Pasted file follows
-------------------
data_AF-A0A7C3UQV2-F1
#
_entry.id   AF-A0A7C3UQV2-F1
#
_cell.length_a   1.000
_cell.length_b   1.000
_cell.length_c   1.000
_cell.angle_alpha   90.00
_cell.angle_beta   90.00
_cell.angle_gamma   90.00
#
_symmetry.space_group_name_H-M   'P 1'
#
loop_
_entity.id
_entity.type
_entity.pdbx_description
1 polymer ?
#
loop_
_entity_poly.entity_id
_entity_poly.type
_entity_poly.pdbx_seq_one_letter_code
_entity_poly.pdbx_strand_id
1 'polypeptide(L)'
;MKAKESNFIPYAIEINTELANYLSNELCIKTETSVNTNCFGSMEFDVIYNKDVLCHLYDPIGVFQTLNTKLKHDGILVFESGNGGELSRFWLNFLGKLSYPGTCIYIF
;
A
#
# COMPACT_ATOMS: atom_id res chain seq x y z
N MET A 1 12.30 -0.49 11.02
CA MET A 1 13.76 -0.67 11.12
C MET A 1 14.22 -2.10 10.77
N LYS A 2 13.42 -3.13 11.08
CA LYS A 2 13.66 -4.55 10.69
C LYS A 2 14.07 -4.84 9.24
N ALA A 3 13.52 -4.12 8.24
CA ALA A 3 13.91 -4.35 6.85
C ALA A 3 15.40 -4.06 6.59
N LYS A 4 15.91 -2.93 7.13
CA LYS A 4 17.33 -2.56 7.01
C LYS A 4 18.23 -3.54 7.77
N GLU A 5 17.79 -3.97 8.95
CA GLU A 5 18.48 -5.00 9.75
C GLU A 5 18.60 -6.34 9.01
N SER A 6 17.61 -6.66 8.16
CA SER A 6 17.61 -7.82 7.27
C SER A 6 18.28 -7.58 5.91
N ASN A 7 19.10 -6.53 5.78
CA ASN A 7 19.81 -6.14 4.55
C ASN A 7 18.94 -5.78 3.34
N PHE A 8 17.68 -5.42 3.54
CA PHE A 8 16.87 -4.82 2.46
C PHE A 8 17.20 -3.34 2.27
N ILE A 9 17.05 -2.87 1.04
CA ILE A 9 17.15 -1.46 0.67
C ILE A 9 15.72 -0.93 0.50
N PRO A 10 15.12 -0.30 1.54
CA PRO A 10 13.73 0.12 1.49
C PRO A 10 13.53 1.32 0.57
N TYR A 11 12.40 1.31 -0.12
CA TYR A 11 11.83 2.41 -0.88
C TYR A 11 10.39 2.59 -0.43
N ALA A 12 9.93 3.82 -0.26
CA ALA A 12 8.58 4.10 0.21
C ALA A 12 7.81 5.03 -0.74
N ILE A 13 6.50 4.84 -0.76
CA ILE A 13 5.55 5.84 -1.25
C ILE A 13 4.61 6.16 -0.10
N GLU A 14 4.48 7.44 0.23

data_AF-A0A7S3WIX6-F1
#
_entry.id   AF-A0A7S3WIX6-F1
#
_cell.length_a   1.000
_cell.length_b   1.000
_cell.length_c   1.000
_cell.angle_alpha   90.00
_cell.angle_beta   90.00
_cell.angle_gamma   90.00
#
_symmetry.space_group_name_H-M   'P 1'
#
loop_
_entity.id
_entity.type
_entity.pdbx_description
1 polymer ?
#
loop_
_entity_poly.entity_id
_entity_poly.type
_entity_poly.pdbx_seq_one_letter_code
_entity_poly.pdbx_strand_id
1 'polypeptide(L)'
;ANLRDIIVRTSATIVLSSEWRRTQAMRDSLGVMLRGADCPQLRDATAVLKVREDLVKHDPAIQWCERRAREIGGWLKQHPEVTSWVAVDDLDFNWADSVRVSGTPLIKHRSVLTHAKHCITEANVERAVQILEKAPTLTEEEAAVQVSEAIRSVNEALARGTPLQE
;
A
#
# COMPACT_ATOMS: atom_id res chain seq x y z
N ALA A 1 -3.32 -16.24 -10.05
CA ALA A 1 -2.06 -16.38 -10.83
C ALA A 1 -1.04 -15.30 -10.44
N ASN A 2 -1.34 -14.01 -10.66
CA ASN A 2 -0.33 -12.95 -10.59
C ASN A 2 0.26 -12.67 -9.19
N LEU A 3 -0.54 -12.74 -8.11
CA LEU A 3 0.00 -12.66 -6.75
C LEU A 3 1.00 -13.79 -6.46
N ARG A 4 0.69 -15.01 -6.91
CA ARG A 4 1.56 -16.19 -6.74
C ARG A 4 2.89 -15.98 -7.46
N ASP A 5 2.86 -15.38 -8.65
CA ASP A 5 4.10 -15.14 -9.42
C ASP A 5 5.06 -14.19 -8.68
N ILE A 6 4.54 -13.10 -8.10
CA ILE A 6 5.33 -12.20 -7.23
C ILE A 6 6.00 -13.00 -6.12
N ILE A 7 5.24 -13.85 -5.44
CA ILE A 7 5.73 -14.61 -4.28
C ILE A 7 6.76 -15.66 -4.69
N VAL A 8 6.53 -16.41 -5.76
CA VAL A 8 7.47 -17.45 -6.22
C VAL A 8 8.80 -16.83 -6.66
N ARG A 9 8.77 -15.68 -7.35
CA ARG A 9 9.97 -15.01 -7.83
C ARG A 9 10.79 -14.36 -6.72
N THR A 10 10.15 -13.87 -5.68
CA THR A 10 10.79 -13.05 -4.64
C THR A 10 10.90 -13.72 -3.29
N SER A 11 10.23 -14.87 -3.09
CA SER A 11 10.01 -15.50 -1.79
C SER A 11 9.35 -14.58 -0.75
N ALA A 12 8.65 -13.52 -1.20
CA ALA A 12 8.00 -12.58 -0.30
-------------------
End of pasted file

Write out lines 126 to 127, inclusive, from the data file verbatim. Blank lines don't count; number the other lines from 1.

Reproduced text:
CA ARG A 9 9.97 -15.01 -7.83
C ARG A 9 10.79 -14.36 -6.72